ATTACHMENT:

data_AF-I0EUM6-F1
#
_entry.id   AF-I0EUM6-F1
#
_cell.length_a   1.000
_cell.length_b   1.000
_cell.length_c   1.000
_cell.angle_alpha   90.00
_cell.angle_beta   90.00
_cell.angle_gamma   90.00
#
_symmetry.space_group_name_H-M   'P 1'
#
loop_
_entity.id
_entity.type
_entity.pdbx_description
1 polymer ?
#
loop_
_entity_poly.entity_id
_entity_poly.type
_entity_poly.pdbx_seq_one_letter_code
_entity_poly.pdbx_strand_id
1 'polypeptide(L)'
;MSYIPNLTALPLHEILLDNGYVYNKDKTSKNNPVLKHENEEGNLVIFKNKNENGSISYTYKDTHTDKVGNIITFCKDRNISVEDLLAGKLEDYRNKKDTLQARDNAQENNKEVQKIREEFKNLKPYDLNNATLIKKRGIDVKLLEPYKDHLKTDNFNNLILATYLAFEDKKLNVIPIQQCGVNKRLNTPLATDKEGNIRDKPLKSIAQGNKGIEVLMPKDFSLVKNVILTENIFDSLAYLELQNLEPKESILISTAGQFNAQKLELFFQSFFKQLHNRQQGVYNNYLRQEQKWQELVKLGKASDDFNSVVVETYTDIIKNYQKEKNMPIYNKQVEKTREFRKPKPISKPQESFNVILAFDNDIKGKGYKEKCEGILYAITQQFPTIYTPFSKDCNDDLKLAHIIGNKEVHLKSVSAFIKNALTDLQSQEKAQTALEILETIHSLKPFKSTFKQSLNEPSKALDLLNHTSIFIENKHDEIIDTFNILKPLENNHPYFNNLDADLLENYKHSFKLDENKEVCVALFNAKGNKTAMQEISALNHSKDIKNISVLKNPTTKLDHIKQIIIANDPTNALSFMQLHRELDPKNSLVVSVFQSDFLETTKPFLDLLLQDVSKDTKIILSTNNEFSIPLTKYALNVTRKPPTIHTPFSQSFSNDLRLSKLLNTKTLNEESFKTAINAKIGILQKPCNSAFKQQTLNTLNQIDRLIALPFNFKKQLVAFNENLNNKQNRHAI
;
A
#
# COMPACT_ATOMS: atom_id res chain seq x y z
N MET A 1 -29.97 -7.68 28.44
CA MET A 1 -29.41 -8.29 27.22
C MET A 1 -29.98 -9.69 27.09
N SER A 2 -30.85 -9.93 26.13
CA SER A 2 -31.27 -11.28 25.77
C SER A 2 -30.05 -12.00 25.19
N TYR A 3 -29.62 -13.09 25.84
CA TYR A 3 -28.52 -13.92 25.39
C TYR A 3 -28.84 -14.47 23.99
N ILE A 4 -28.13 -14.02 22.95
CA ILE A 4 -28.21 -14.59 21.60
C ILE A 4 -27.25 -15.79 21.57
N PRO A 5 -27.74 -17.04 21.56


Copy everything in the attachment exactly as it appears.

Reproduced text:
data_AF-I0EUM6-F1
#
_entry.id   AF-I0EUM6-F1
#
_cell.length_a   1.000
_cell.length_b   1.000
_cell.length_c   1.000
_cell.angle_alpha   90.00
_cell.angle_beta   90.00
_cell.angle_gamma   90.00
#
_symmetry.space_group_name_H-M   'P 1'
#
loop_
_entity.id
_entity.type
_entity.pdbx_description
1 polymer ?
#
loop_
_entity_poly.entity_id
_entity_poly.type
_entity_poly.pdbx_seq_one_letter_code
_entity_poly.pdbx_strand_id
1 'polypeptide(L)'
;MSYIPNLTALPLHEILLDNGYVYNKDKTSKNNPVLKHENEEGNLVIFKNKNENGSISYTYKDTHTDKVGNIITFCKDRNISVEDLLAGKLEDYRNKKDTLQARDNAQENNKEVQKIREEFKNLKPYDLNNATLIKKRGIDVKLLEPYKDHLKTDNFNNLILATYLAFEDKKLNVIPIQQCGVNKRLNTPLATDKEGNIRDKPLKSIAQGNKGIEVLMPKDFSLVKNVILTENIFDSLAYLELQNLEPKESILISTAGQFNAQKLELFFQSFFKQLHNRQQGVYNNYLRQEQKWQELVKLGKASDDFNSVVVETYTDIIKNYQKEKNMPIYNKQVEKTREFRKPKPISKPQESFNVILAFDNDIKGKGYKEKCEGILYAITQQFPTIYTPFSKDCNDDLKLAHIIGNKEVHLKSVSAFIKNALTDLQSQEKAQTALEILETIHSLKPFKSTFKQSLNEPSKALDLLNHTSIFIENKHDEIIDTFNILKPLENNHPYFNNLDADLLENYKHSFKLDENKEVCVALFNAKGNKTAMQEISALNHSKDIKNISVLKNPTTKLDHIKQIIIANDPTNALSFMQLHRELDPKNSLVVSVFQSDFLETTKPFLDLLLQDVSKDTKIILSTNNEFSIPLTKYALNVTRKPPTIHTPFSQSFSNDLRLSKLLNTKTLNEESFKTAINAKIGILQKPCNSAFKQQTLNTLNQIDRLIALPFNFKKQLVAFNENLNNKQNRHAI
;
A
#
# COMPACT_ATOMS: atom_id res chain seq x y z
N MET A 1 -29.97 -7.68 28.44
CA MET A 1 -29.41 -8.29 27.22
C MET A 1 -29.98 -9.69 27.09
N SER A 2 -30.85 -9.93 26.13
CA SER A 2 -31.27 -11.28 25.77
C SER A 2 -30.05 -12.00 25.19
N TYR A 3 -29.62 -13.09 25.84
CA TYR A 3 -28.52 -13.92 25.39
C TYR A 3 -28.84 -14.47 23.99
N ILE A 4 -28.13 -14.02 22.95
CA ILE A 4 -28.21 -14.59 21.60
C ILE A 4 -27.25 -15.79 21.57
N PRO A 5 -27.74 -17.04 21.56